'Broken? Fix It' at Children's Museum in Garden City

Andrea Joseph exits the "Truth Booth" at the

Andrea Joseph exits the "Truth Booth" at the "Broken? Fix it!" exhibit at the Long Island Children's Museum in Garden City. (July 17, 2013) (Credit: Linda Rosier)

If your child's toy sailboat lost one sail, would he throw it in the trash? What if your son's shoe got a hole in the sole, would you tell him to toss it? If your daughter's bicycle got a flat, could she fix it herself?

Your kids' view of damaged items -- and yours -- might shift after a visit to the newest exhibit at the Long Island Children's Museum in Garden City.

"Broken? Fix it!" opens Friday with a lofty goal: "The exhibit tries to be a culture changer. When something breaks, you don't have to throw it away right away and go to the store and replace it with a new one," says Erik Schurink, museum director of exhibits.


LI'S BEST FOR KIDS: Places to play | Kids' classes | Parks | Birthdays

MORE: Day care finder | Playground search | 100 things to do with kids

CONNECT: Twitter | Facebook | Parent Talk blog


"Broken? Fix it!" will be at the museum through Jan. 6, then travel to five museums in Massachusetts, Minnesota, Connecticut and California as part of the Youth Museum Exhibit Collaborative. This is the first time the museum has created an exhibit intended for sharing across the country.

Here are four stations kids will encounter:

1. The Truth Booth

Kids -- and grown-ups -- confess to a break they've never owned up to before. Participants can record their story and share it on a monitor. To remain incognito, confessors can wear a digital Groucho Marx nose, mustache and glasses.

An adjacent booth offers participants masks showing anger or sadness to express how they felt when they broke something. That teaches children that emotions often are attached to broken objects, says Maureen Mangan, museum communications director.

2. Auto Repair

Kids learn to change a tire and diagnose engine problems.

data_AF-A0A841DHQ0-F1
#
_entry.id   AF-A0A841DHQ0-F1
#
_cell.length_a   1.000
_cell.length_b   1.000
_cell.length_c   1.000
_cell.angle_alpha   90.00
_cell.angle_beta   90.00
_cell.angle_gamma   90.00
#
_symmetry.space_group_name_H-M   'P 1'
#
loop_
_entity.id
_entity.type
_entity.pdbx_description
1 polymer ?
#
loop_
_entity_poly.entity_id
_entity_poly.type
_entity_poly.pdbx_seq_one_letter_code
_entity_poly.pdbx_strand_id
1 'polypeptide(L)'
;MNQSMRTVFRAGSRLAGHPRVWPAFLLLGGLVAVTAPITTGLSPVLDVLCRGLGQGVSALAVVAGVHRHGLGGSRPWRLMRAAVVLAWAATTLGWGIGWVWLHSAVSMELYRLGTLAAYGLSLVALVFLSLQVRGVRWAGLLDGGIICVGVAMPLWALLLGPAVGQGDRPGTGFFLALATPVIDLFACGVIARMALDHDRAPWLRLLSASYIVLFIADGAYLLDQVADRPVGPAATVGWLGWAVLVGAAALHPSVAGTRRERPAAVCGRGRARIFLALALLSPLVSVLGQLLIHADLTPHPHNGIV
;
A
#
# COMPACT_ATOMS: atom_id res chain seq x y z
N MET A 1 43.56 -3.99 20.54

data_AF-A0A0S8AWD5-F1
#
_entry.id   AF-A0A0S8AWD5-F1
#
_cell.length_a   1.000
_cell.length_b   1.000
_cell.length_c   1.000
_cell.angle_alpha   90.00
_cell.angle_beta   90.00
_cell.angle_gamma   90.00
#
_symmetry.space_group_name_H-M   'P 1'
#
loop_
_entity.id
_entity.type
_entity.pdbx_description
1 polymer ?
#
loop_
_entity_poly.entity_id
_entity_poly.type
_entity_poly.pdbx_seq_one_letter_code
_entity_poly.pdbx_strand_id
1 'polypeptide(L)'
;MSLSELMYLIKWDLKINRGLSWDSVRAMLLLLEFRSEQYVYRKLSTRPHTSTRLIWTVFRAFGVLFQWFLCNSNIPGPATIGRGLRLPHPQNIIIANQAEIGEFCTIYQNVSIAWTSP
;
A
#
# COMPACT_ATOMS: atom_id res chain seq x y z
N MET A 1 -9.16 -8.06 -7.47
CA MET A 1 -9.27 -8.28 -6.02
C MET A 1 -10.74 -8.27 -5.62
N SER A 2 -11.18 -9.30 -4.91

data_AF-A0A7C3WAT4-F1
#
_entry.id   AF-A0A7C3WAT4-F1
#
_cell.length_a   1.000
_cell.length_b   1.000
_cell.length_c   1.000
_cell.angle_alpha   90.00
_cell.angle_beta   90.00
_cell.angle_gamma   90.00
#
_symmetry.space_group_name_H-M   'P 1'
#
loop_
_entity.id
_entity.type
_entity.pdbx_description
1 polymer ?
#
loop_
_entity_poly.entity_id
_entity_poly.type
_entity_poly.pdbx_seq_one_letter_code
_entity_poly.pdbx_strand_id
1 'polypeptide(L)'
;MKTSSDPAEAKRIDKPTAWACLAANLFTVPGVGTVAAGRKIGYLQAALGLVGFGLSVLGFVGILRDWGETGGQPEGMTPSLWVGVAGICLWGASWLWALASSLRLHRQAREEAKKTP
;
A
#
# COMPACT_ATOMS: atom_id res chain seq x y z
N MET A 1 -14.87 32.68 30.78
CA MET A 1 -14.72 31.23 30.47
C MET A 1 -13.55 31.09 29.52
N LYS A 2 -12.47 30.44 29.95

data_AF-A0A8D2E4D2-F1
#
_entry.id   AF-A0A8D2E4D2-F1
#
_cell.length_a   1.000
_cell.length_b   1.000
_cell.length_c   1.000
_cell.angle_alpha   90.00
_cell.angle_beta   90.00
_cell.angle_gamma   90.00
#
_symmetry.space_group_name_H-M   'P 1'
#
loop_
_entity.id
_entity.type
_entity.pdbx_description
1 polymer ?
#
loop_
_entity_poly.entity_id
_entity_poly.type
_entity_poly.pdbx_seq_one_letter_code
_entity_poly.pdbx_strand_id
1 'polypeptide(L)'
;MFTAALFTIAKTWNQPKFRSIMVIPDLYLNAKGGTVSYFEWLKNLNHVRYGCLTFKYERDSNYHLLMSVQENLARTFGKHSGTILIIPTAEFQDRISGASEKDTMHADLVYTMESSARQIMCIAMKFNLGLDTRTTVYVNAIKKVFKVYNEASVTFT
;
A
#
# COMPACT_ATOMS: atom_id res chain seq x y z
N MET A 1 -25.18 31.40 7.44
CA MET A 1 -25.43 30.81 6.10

On a small silver car, they'll loosen and tighten lug nuts and change a flat. They'll lie on their backs on a dolly, roll under the car like a mechanic and watch a video of a leaking oil pan.

On a bigger, bright blue car, they'll work under the hood to change the air filter and spark plugs and use a dipstick to check oil. Inside the car, they'll listen to sounds such as squeaking brakes to diagnose problems.

"This area will be particularly popular," Schurink predicted. "This is where you, as a kid, can be the adult and do things you otherwise wouldn't do until you were 16, 17 or 18."

3. Bicycle Repair

Kids will replace an inner tube. They'll submerge a damaged tube in a bucket of water, pump air in and see bubbles to locate a leak. A toddler activity lets kids attach a bike pump to a nozzle to inflate a bicycle tire.

Each exhibit area has murals simulating a realistic setting -- bike repair has a backdrop of a shop wall with wrenches and spare wheels.

4. Toy Repair

The "Diorama of Disaster" is a "Where's Waldo?"-style display where visitors try to identify repaired toys and the method used to fix them. "They don't look like they've just come out of the box," Mangan says. Agrees Schurink: "They've clearly had a life." A toy sailboat, for instance, has one sail replaced by a duct-tape sail.

Museum staff has been developing "Broken? Fix it!" for close to two years. Says Schurink: "It's probably one of the most ambitious exhibits I've ever worked on."

advertisement | advertise on exploreli

Facebook

advertisement | advertise on exploreli